Blacktip grouper

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Blacktip grouper
Blacktip Grouper (Epinephelus fasciatus) (6132696543).jpg
Adult of Epinephelus fasciatus
Scientific classification e
Kingdom: Animalia
Phylum: Chordata
Class: Actinopterygii
Order: Perciformes
Family: Serranidae
Genus: Epinephelus
Species: E. fasciatus
Binomial name
Epinephelus fasciatus
Forsskål, 1775
Synonyms[2]

The blacktip grouper or redbanded grouper[3], Epinephelus fasciatus, is a species of marine fish in the family Serranidae.[4]

Distribution[edit]

The blacktip grouper is widespread throughout the tropical waters of the Indo-Pacific area from the Red Sea to South Africa, as far north as Korea, and in the waters around Australia to Pitcairn Islands.[5] It is also commonly found around the Mascarene Islands and is a prized commercial fish in Mauritius.

Description[edit]

The blacktip grouper grows up to 40 cm in length and may weigh up to 2 kg, but its common size is average 22 cm.[5] These fishes have eleven dorsal spines, 15-17 dorsal soft rays, three anal spines and eight anal soft rays. The tips of the spines of the dorsal fin are black. The caudal fin is rounded. They are quite changeable in their color, ranging from pale greenish grey to pale reddish yellow or pinkish. Their body shows 5-6 dark transversal stripes. The top of head is reddish brown, usually with paler markings. They may have a dark red cap above the eyes, as well as a narrow black edge around the eyes. [5][1][6] A variant occurs with a uniformly pale body except for the front part.[7]

Biology[edit]

This species may present simultaneous hermaphroditism in smaller individuals, while the large individuals usually lose female function. [5]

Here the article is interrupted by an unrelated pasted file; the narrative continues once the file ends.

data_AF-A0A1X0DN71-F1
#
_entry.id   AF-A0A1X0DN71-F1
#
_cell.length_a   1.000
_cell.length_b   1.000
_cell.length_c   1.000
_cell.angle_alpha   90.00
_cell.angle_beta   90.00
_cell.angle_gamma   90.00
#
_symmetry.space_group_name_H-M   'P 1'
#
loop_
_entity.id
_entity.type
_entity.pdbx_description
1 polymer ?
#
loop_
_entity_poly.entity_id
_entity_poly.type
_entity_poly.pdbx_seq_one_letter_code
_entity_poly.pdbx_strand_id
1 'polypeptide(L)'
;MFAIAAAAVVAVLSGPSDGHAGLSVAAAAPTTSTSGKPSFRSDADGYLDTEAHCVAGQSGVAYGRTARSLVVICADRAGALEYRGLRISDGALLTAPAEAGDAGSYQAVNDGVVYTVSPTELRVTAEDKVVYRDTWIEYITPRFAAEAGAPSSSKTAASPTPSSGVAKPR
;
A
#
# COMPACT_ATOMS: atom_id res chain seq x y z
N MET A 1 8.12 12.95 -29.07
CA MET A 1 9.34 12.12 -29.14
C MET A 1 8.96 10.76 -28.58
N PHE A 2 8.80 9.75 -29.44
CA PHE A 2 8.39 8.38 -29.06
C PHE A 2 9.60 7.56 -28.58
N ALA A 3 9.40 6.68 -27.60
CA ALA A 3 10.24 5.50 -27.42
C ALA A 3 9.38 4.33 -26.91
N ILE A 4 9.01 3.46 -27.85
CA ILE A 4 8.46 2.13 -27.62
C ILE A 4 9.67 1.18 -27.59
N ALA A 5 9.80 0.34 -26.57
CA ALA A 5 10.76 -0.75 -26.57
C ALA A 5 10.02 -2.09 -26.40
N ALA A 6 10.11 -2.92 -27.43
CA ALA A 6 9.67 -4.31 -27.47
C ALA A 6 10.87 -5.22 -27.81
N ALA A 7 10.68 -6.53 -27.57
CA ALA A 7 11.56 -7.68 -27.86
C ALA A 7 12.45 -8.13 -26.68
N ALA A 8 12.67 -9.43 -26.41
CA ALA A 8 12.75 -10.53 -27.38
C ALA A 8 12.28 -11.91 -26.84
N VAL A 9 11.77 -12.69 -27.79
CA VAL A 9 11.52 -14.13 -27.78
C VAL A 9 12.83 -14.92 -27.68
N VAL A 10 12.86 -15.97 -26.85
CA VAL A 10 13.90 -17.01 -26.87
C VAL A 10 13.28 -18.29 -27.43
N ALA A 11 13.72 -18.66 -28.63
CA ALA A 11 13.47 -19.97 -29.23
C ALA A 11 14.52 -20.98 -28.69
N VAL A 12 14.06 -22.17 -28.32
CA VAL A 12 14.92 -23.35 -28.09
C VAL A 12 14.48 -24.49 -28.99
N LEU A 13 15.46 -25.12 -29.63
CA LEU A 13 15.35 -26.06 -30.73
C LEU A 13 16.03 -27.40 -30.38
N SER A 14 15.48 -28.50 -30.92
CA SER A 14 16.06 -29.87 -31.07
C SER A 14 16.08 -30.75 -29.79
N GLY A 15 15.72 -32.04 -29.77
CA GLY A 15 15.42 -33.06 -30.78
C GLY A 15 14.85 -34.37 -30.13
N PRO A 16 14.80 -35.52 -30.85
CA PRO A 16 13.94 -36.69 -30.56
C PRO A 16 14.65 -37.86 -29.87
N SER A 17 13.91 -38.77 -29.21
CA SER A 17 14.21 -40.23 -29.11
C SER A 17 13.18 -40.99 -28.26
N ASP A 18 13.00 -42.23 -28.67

The blacktip grouper feeds on crustaceans and smaller fishes by ambushing them.[5][6] It is found associated with coral reefs from 4 m deep (more commonly from 15 m) up to 160 m, in both marine and brackish water, sometimes in groups of 10-15 individuals.[5][6] Juveniles may find shelter in mangrove swamps.[7]

Blacktip groupers of the Red Sea are fished by the Bedouin.[7] It has also been associated with ciguatera poisoning.[5]

Parasites[edit]

Blacktip groupers are host of several parasites, including Pseudorhabdosynochus spp. (diplectanid Monogeneans) on the gills.[8] The philometrid nematode Philometra fasciati is parasitic in the ovary of female fish;[9] the adult female parasite is a red worm which can reach up to 40 centimetres in length, for a diameter of only 1.6 millimetre; the males are tiny.

Gallery[edit]

References[edit]

  1. ^ a b Fennessy, S., Kulbicki, M., Cabanban, A.S., Myers, R. & Choat, J.H. 2008 The IUCN Red List of Threatened Species
  2. ^ WoRMS
  3. ^ Common names of Epinephelus fasciatus
  4. ^ Catalogue of life
  5. ^ a b c d e f g Froese, Rainer and Pauly, Daniel, eds. (2007). "Epinephelus fasciatus" in FishBase. 5 2007 version.
  6. ^ a b c Lieske, E. and Myers, R.F. (2004) Coral reef guide; Red Sea London, HarperCollins ISBN 0-00-715986-2
  7. ^ a b c Siliotti, A. (2002) fishes of the red sea Verona, Geodia ISBN 88-87177-42-2
  8. ^ Justine, Jean-Lou (2005). "Species of Pseudorhabdosynochus Yamaguti, 1958 (Monogenea: Diplectanidae) from Epinephelus fasciatus and E. merra (Perciformes: Serranidae) off New Caledonia and other parts of the Indo-Pacific Ocean, with a comparison of measurements of specimens prepared using different methods, and a description of P. caledonicus n. sp". Systematic Parasitology. 62 (1): 1–37. doi:10.1007/s11230-005-5480-0. ISSN 0165-5752. PMID 16132868. 
  9. ^ Moravec, František; Justine, Jean-Lou (2014). "Philometrids (Nematoda: Philometridae) in carangid and serranid fishes off New Caledonia, including three new species". Parasite. 21: 21. doi:10.1051/parasite/2014022. ISSN 1776-1042. PMC 4023622Freely accessible. PMID 24836940.  open access publication – free to read

External links[edit]